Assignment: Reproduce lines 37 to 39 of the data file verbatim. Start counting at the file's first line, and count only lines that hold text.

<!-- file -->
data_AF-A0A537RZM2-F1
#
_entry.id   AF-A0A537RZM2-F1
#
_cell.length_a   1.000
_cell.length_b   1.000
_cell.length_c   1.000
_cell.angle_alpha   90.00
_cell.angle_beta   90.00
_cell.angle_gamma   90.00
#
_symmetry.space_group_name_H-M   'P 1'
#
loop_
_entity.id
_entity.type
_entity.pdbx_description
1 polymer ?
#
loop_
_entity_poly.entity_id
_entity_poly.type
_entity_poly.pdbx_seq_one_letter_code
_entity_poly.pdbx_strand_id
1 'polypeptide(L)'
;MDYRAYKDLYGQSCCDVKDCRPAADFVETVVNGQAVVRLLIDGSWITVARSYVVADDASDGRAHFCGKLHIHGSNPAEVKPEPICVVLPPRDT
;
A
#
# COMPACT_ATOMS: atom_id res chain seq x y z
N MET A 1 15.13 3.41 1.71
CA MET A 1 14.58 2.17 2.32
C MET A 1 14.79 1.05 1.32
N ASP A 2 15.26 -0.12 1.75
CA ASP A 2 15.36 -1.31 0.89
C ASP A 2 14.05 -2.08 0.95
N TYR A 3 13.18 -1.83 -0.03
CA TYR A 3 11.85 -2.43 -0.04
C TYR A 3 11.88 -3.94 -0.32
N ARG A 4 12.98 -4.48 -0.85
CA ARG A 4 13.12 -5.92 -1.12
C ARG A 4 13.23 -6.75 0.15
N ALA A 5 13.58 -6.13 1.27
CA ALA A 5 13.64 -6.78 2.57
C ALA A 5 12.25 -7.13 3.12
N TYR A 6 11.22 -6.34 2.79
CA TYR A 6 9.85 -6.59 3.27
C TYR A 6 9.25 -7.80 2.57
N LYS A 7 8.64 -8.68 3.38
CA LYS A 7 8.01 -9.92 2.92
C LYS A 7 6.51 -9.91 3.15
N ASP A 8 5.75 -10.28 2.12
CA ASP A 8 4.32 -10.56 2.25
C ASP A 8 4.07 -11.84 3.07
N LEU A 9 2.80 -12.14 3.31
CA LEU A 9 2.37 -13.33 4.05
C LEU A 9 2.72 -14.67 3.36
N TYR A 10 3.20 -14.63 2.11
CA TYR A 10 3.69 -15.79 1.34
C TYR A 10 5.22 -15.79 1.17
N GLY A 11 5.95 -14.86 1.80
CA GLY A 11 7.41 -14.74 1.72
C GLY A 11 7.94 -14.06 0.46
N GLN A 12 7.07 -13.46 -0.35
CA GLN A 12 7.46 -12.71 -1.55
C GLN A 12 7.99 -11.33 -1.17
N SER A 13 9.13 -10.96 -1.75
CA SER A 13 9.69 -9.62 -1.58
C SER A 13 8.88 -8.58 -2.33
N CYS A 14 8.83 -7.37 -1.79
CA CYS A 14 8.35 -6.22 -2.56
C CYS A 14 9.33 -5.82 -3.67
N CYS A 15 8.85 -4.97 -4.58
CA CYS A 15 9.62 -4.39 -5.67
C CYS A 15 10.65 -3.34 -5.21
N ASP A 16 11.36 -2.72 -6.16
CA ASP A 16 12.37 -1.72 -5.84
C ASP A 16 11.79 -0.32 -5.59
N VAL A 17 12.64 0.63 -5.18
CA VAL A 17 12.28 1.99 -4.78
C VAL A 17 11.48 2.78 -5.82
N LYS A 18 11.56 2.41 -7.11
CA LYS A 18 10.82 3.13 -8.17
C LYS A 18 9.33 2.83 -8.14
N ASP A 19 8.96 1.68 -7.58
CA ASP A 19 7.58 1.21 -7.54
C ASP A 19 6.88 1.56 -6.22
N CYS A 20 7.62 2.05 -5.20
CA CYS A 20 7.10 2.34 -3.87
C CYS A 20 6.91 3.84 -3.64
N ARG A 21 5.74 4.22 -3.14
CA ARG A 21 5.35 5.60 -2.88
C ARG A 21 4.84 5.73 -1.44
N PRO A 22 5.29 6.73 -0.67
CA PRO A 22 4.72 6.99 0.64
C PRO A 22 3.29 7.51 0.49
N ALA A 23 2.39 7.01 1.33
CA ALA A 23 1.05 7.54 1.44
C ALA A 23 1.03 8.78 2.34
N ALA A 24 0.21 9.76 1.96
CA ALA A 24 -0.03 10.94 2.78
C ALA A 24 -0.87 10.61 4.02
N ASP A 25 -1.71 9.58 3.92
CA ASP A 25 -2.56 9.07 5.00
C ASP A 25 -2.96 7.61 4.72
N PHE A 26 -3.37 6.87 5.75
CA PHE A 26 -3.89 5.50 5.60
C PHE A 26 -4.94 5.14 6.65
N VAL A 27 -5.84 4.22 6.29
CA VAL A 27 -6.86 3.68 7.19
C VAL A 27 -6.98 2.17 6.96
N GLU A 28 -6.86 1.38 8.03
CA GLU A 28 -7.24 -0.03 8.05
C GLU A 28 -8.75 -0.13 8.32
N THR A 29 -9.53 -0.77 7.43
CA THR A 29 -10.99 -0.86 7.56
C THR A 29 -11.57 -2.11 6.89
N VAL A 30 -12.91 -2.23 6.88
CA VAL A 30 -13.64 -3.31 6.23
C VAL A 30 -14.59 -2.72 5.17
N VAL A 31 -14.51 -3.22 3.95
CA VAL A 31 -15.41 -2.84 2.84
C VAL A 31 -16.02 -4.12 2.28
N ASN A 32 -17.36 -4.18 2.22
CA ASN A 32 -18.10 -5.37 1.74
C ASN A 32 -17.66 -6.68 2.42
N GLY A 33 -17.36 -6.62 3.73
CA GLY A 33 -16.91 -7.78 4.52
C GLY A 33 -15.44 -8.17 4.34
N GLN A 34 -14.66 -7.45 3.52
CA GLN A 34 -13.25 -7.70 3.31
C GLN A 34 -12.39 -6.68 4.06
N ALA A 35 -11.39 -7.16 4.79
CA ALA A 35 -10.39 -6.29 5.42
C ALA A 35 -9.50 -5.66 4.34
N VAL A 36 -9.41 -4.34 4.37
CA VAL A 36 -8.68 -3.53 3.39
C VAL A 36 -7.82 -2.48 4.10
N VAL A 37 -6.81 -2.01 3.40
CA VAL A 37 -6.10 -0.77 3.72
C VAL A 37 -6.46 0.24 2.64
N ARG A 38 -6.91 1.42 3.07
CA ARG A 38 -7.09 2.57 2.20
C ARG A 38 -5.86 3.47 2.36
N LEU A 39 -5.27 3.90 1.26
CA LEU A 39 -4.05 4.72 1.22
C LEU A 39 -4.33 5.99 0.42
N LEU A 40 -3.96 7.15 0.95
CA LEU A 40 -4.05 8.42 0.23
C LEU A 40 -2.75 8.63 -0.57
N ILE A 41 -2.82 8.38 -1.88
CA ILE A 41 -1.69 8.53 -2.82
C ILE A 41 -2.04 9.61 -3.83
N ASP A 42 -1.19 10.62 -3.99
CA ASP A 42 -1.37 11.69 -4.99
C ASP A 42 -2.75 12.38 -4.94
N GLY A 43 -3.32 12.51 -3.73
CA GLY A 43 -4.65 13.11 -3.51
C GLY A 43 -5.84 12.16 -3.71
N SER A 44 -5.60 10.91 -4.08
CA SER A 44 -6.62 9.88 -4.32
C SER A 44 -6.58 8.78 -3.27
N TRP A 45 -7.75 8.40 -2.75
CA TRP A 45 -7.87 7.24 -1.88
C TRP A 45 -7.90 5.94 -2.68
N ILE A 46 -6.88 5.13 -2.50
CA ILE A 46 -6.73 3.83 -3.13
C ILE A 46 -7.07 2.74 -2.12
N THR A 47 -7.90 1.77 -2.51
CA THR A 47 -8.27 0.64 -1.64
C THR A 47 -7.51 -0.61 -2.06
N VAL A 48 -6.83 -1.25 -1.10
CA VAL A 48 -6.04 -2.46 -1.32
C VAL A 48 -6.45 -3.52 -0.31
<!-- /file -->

N TYR A 3 13.18 -1.83 -0.03
CA TYR A 3 11.85 -2.43 -0.04
C TYR A 3 11.88 -3.94 -0.32